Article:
DISGRUNTLED south-west commuters are preparing to rally against changes to several bus services under the State Government's transport review.
Minister for Transport and Main Roads Scott Emerson ordered the review last year after figures showed patronage dropping and costs rising.
But Member for Inala Annastacia Palaszczuk said more than 1300 commuters had slammed the review and signed an online petition to save more than a dozen routes.
She expected a large crowd to voice concerns at a rally to be held at Corsair Ave, Inala this Saturday, March 23.
"For Inala residents, this means losing a high-frequency route 100 bus into the city, a bus which currently leaves every 10 minutes in peak," she said.
"The review has also recommended removing the 122 which goes from QEII Hospital to Griffith University and the 460 which goes through Richlands to Mt Ommaney."
Richlands Councillor Milton Dick worried the review would leave commuters confused, stranded and unable to use Brisbane's bus network.
He said the review would push commuters off buses and onto the already overcrowded train network.
"Low socio-economic and disadvantaged areas seem to be the hardest hit with bus services being ripped from suburbs and replaced by routes in the inner city," he said.
"I'm furious that locals in Inala will have to wait longer and longer for a bus just to get to their appointments and jobs.
"We're seeing heavily relied upon services being axed and shorter and more confusing routes take their place.
"In Inala, bus linkages to hospitals and universities have been cut making it harder, more expensive and time consuming to access these essential community places.
"This is one of the most disadvantaged communities in Brisbane and the most affected by this review."
Commuter Carroll Weaver said she couldn't see the sense in cutting services at Inala.
"This is a step back in time," she said.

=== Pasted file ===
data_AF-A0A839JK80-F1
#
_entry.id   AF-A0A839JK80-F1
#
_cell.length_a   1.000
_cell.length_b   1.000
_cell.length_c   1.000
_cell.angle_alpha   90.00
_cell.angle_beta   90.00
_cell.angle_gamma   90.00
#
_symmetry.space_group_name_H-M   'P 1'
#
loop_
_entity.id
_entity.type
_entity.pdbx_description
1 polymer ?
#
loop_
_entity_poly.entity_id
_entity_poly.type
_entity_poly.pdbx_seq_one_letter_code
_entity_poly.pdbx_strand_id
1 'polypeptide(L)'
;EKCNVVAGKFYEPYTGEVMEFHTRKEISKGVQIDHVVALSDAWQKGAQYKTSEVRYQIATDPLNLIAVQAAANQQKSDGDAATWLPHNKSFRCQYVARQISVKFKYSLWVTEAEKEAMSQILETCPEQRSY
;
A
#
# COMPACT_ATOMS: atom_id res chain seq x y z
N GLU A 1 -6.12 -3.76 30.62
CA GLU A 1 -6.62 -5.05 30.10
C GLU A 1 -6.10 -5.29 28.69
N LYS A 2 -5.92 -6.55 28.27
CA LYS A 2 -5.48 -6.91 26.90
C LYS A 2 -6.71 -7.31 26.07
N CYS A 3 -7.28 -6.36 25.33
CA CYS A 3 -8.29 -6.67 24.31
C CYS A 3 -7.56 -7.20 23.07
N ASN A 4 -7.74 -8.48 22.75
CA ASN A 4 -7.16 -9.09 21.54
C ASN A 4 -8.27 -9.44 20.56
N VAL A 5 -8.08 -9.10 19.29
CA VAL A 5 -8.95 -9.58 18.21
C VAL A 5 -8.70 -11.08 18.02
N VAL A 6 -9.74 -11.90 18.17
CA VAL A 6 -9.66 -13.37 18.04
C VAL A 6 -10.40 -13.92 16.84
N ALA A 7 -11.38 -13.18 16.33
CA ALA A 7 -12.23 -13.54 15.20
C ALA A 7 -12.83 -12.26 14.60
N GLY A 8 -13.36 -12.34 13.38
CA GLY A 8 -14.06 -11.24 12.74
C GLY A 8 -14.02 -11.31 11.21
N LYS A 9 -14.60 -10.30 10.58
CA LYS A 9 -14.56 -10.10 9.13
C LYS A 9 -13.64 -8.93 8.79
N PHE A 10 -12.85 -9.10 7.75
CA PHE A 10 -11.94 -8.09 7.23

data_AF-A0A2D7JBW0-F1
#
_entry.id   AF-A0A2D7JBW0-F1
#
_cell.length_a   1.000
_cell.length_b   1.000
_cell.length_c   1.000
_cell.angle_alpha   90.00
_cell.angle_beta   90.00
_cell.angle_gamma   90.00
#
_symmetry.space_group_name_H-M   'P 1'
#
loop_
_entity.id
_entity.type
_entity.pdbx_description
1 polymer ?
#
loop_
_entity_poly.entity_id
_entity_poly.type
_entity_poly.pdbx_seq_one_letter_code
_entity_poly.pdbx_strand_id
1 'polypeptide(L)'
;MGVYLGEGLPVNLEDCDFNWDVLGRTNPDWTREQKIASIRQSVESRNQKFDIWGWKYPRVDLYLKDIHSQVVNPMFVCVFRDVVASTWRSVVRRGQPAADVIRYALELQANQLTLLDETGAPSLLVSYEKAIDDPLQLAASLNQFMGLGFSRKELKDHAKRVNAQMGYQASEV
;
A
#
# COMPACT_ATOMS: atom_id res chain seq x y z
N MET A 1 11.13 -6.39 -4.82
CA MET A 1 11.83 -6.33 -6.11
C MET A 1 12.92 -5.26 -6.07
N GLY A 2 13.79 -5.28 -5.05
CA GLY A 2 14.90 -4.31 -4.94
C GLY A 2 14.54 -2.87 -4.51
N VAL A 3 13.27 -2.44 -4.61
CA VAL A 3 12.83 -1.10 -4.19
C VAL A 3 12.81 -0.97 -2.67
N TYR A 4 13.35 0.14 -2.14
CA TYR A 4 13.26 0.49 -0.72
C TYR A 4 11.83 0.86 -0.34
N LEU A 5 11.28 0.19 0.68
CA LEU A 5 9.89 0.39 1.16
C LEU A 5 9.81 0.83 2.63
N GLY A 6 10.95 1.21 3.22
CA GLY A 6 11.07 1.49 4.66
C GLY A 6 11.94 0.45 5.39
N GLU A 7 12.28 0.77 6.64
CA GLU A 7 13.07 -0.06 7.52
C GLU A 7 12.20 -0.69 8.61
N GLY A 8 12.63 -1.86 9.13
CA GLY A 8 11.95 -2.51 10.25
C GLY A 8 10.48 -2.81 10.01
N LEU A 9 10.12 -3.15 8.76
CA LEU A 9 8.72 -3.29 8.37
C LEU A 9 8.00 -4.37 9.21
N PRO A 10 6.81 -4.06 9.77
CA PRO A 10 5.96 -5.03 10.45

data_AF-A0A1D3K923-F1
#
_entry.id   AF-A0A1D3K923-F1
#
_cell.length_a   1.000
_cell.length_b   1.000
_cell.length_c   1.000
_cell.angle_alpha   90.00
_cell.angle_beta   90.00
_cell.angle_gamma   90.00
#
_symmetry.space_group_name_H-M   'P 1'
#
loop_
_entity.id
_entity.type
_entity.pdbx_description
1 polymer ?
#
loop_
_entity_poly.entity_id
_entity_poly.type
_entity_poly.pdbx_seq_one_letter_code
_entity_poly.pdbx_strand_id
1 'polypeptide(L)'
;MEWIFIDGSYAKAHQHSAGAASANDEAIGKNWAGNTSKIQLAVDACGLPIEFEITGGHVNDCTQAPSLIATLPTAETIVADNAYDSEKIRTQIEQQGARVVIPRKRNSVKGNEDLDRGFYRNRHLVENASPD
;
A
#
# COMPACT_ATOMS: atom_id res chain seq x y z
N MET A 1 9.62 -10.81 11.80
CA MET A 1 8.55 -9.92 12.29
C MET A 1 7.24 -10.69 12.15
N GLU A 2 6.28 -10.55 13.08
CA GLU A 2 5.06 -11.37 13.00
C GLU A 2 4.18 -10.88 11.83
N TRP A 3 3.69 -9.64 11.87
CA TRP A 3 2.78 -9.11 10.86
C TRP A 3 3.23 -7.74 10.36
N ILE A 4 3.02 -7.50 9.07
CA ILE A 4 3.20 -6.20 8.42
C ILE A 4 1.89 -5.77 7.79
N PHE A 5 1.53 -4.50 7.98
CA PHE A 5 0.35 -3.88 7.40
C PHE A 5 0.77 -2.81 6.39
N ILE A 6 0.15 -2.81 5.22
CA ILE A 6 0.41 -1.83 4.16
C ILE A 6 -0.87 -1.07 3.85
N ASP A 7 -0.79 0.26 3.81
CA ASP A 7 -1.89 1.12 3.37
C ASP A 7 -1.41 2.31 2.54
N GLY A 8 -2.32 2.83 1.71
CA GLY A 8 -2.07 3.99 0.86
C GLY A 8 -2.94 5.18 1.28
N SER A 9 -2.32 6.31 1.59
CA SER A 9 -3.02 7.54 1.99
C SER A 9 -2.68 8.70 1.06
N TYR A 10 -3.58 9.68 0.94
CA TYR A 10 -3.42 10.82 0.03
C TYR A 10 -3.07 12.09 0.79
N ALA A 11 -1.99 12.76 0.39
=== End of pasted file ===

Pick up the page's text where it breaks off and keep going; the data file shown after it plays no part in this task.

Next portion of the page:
"It's going to be how it was ten years ago when you couldn't get out of Inala."
Transport Minister Scott Emerson said his plan was to deliver a more efficient network with a focus on high frequency service. "Mt Ommaney will become a major public transport hub under proposed changes to south-east Queensland's bus network," he said.
"The area will go from having no high-frequency services to two under the Newman Government plan to build a high-frequency network.
"Under the new network, there will be high-frequency routes from Mt Ommaney to the CBD City via Indooroopilly and another from Forest Lake to Mt Ommaney and Riverhills."
Rail Back on Track spokesman Robert Dow welcomed the review and its focus on connection based bus networks.
He said it was cost effective, efficient and avoided flooding the CBD with buses, giving residents of the Centenary suburbs greatly improved services for the first time.
"In brief, more people can get frequent, reliable and faster service with connections than without them," he said.
The full report, including proposed route changes is available at www.translink.com.au.
Commuters can provide feedback until Monday, March 25 while service changes will be phased in from mid-year until the end of 2014.